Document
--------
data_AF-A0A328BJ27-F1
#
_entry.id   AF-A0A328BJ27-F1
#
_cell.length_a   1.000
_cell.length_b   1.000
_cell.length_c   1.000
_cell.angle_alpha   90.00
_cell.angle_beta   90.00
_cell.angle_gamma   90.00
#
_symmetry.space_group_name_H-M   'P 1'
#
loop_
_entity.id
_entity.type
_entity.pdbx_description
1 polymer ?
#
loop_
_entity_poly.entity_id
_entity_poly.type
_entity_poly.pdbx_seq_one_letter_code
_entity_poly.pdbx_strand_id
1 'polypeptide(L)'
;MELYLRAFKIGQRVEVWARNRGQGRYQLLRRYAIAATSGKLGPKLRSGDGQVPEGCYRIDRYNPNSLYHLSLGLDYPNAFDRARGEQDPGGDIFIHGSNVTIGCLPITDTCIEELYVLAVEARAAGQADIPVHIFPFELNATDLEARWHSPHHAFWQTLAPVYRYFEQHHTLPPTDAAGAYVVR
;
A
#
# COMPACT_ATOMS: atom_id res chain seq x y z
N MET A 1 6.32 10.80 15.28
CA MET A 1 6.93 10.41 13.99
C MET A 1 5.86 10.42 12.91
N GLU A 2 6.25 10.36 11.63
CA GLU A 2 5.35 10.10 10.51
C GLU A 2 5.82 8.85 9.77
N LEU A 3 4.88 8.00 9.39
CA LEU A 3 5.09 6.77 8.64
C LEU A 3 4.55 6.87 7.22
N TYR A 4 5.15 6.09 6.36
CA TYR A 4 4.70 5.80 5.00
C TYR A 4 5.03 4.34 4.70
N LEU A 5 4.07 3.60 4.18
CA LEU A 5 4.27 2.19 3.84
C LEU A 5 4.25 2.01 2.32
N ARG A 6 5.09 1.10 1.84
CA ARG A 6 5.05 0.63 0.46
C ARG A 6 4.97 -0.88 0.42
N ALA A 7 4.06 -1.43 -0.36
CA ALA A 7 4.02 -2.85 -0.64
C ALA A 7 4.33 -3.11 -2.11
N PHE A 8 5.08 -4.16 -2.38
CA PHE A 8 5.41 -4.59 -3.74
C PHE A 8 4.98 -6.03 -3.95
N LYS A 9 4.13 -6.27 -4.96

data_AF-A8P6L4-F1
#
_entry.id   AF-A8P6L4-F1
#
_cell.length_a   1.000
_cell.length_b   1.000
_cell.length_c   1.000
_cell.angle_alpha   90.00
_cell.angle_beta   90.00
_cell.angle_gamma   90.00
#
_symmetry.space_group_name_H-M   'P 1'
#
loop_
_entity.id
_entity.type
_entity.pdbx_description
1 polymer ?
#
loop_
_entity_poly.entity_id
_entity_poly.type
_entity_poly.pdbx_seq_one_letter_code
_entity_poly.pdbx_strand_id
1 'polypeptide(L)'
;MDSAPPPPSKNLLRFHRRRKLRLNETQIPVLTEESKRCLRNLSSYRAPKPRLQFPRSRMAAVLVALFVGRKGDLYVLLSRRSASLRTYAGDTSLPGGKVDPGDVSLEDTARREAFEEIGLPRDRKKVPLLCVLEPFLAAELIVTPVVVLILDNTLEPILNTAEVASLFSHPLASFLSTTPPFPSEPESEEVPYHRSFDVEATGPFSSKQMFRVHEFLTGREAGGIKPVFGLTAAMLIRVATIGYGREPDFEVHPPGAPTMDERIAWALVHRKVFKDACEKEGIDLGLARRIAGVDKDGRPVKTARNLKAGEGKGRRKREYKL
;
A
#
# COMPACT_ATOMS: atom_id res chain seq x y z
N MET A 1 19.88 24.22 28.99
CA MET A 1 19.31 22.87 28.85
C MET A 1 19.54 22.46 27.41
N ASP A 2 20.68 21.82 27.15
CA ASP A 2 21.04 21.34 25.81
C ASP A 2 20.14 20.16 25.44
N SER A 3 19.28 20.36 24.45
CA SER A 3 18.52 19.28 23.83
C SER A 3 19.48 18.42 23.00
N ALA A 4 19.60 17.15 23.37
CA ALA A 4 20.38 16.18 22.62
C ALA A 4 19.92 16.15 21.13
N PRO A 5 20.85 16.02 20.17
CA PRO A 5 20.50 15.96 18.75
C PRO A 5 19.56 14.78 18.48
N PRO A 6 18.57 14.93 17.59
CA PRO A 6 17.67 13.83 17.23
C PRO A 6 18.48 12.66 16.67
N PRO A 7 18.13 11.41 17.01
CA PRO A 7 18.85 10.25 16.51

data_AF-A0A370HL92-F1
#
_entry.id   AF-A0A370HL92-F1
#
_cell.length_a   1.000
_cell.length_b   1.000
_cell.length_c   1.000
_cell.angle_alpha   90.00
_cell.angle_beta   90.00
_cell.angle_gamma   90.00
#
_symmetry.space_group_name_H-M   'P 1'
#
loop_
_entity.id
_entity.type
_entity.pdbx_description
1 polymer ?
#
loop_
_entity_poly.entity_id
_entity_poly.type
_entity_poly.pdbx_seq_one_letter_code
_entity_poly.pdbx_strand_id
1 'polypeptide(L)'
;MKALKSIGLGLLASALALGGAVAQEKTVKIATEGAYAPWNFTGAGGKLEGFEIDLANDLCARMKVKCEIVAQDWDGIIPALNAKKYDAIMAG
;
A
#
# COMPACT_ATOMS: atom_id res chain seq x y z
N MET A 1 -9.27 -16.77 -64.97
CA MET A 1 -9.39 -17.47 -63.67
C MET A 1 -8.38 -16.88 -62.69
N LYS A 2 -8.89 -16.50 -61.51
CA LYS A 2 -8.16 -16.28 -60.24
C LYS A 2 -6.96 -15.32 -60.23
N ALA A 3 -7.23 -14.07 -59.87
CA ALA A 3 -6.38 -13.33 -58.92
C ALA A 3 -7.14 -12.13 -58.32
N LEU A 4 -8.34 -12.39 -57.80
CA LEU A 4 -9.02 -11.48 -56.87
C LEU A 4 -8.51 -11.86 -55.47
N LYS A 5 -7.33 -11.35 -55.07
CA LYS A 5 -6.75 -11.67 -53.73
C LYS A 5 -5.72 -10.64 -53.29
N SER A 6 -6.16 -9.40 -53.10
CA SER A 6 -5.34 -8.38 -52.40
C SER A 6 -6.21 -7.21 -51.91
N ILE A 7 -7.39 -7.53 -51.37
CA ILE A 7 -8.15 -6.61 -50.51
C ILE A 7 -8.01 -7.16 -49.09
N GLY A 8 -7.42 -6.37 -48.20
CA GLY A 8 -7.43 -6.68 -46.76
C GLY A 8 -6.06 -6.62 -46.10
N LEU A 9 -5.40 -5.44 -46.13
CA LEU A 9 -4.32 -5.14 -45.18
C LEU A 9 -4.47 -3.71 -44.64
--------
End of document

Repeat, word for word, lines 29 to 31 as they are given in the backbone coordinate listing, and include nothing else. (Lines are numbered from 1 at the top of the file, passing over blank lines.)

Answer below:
#
# COMPACT_ATOMS: atom_id res chain seq x y z
N MET A 1 6.32 10.80 15.28